2. If your cloud provider is compliant, so are you!

This misbelief is patently not true. When it comes to compliance, the provider is essentially certifying that the “box,” which is the software or platform or infrastructure, meets compliance requirements, not that the data, itself, is compliant. (Regardless of compliance, the data owner has to certify the security of its data.) Compliance is a sign of the investment a provider is putting into its security posture, but compliance does not equal security. Uninformed consumers often assume the provider is safe based on certifications (especially when it’s the business rather than the security team evaluating the provider), but just because compliance has been met, that doesn’t mean your data is either compliant or secure. Compliance may be very important in the event of a breach, but just because the provider is, the data owner’s data may not be. Read the fine print.

Another “gotcha” de Souza and Hay highlighted is that just because a provider has been certified, it doesn’t mean they’ve continued their certifications. Ask your provider the right questions; dig a little deeper and find out when they were last certified and learn what that means to your data. Because the business could be caught out by the promise of reclaimed dollar signs and access-anywhere, it’s up to technical teams to keep the business in check and make sure the organization understands the implications of provider compliance.

3. Cloud consumers must relinquish full control to the cloud provider!

This lie is similar to lie #1. Many consumers think that when they turn data over to the CSP, the CSP is going to secure it to according to the consumer’s (often not communicated) security requirements and that the CSP, alone, can put the best, most hardened controls in place. Going back to point #1, when your organization puts your customers’ data in the cloud, if something happens to that data, your customers are going to look at you as the loser, not the cloud provider (about whom they probably aren’t aware anyway).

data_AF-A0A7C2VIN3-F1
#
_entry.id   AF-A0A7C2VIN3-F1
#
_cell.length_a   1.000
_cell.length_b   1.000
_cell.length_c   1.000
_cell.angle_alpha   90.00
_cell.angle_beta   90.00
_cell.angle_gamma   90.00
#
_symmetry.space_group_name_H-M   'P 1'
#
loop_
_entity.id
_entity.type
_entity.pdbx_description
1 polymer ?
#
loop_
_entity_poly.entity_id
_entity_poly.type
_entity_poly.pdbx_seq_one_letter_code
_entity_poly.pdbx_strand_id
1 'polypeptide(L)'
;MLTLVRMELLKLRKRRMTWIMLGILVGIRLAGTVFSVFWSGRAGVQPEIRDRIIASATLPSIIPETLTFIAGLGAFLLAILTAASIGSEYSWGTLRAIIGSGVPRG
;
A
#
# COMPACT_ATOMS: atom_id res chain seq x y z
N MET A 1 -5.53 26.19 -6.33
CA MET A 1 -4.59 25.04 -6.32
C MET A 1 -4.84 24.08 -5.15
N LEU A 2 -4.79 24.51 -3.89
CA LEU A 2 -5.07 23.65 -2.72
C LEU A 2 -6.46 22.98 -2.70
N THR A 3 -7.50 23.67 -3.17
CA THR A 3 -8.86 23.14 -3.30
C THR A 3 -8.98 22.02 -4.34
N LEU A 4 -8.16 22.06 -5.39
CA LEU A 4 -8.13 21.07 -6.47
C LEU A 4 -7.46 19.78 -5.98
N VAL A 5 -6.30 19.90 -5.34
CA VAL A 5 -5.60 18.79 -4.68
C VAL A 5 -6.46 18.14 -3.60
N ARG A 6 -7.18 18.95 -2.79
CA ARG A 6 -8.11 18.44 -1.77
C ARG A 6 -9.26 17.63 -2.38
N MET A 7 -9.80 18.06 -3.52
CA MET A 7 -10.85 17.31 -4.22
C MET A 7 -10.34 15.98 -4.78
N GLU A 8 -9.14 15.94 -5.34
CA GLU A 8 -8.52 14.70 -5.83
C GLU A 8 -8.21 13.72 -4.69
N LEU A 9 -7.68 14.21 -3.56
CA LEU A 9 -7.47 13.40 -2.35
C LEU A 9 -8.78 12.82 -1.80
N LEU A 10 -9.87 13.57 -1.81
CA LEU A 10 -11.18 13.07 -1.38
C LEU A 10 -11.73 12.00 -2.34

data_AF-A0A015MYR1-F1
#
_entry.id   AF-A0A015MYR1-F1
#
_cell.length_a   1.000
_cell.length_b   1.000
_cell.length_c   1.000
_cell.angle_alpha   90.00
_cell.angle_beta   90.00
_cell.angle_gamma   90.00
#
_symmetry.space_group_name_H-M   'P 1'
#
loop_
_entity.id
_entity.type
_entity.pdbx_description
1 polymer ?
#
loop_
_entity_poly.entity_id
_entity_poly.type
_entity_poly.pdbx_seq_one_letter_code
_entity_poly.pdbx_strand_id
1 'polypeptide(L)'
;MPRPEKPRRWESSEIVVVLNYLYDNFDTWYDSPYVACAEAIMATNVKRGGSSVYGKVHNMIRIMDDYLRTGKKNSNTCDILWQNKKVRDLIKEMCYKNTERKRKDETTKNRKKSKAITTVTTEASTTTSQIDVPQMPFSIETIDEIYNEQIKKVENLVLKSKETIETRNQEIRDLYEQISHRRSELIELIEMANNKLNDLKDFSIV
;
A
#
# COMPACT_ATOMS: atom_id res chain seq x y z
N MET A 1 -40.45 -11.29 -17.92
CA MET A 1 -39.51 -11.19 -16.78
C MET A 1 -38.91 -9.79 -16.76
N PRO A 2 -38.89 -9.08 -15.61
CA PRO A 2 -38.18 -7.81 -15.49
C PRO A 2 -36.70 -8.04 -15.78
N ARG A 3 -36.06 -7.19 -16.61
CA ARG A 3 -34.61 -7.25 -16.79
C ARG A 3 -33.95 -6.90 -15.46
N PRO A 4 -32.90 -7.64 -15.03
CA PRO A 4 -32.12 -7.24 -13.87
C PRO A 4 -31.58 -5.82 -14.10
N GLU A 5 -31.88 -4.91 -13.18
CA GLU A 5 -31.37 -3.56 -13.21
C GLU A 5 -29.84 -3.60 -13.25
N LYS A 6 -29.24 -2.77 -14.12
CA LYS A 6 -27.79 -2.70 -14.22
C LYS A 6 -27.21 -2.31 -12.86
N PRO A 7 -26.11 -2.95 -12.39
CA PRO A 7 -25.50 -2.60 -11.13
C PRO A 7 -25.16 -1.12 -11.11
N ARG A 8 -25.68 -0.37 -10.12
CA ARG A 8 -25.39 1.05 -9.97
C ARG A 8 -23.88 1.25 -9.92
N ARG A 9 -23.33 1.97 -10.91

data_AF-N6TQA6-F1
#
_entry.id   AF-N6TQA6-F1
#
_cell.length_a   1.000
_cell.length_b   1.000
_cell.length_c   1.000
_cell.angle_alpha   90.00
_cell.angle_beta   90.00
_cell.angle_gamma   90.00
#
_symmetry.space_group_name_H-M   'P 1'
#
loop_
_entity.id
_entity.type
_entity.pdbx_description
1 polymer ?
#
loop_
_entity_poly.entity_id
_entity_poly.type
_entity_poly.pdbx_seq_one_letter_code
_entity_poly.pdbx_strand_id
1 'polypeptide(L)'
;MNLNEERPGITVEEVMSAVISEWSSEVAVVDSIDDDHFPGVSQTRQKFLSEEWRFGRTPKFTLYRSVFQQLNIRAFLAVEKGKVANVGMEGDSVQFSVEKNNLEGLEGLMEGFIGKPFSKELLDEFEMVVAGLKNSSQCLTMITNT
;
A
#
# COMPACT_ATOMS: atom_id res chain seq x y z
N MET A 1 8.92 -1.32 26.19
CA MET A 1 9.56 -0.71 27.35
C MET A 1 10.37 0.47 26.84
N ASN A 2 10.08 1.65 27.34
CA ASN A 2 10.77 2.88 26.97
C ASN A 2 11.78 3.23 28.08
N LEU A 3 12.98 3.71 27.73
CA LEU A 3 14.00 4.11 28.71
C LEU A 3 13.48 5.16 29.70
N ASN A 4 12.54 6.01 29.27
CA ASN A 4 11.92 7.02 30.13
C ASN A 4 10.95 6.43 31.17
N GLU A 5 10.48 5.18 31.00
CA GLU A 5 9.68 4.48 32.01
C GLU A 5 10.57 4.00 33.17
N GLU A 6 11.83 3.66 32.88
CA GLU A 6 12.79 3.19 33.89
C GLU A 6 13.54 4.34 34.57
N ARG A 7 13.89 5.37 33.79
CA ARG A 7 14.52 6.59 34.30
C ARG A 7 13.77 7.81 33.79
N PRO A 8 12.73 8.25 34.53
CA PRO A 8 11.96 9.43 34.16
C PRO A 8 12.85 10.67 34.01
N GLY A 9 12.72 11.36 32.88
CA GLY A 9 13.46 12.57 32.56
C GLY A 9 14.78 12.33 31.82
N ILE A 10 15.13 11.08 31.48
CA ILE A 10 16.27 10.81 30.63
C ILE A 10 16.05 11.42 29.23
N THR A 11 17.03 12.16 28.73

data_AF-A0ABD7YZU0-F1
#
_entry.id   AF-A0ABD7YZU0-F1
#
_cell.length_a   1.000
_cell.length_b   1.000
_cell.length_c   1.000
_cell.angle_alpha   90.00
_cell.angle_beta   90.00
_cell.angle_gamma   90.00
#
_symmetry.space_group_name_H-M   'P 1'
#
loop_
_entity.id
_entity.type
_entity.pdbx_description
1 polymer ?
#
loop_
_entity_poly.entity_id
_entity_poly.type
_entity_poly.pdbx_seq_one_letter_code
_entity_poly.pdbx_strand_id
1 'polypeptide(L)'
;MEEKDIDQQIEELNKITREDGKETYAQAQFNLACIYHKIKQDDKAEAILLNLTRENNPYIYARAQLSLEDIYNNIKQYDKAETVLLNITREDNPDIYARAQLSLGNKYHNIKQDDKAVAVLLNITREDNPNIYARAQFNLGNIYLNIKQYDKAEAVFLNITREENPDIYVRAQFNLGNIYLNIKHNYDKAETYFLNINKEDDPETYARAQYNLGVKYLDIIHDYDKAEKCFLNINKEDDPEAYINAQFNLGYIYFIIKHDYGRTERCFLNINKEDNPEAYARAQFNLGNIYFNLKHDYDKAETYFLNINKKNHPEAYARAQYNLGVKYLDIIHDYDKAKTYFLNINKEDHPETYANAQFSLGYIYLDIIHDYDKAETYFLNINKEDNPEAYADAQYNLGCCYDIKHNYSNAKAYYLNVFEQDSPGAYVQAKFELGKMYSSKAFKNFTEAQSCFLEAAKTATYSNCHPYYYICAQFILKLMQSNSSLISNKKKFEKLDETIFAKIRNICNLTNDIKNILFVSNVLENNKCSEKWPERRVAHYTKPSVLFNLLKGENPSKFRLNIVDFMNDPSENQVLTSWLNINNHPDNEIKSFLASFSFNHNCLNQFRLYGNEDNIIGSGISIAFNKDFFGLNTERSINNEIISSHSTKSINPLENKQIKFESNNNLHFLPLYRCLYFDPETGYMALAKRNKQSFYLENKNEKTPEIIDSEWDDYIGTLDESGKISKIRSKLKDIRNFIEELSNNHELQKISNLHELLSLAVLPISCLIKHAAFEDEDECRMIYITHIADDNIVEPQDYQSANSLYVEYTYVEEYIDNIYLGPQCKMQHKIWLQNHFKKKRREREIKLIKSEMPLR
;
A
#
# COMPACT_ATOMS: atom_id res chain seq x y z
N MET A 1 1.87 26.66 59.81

Don’t be thrown under the bus by assurances from your CSP. (Remember: “CSP” means “cloud service provider,” not “cloud security provider.”) They may be doing the right things, but check then double check. Institute a thorough vetting process and revisit it from time to time. On a three year contract? Think of it like changing the batteries in your smoke alarm: use your contract anniversary to start fresh!

In addition, when entering into a contract in the first place, adopt a shared responsibility model whenever possible. Bake security—for which both your organization and the CSP are responsible—into the agreement so that there is no delusion about control. Many providers today are willing to build shared responsibility into the design. Check it out! If the CSP you’re evaluating doesn’t offer a shared model, maybe someone else fits the bill.

4. Moving to cloud saves you money!

A CFO looking at the price per compute hour might find a surface level of great savings. However, cautioned Hay, most businesses don’t have the ability spin tools up and down when needed (which is why the business is looking to cloud providers in the first place). The result is that your organization could end up paying more monthly than if it kept its data on premise.

Hay suggested that companies use orchestration tools to measure when cloud instances should and should not be running to determine where cost savings really apply. The calculation isn’t always based solely on computing hour; data storage and other fees might come into play and could sneak up unless you’re looking at the entire picture.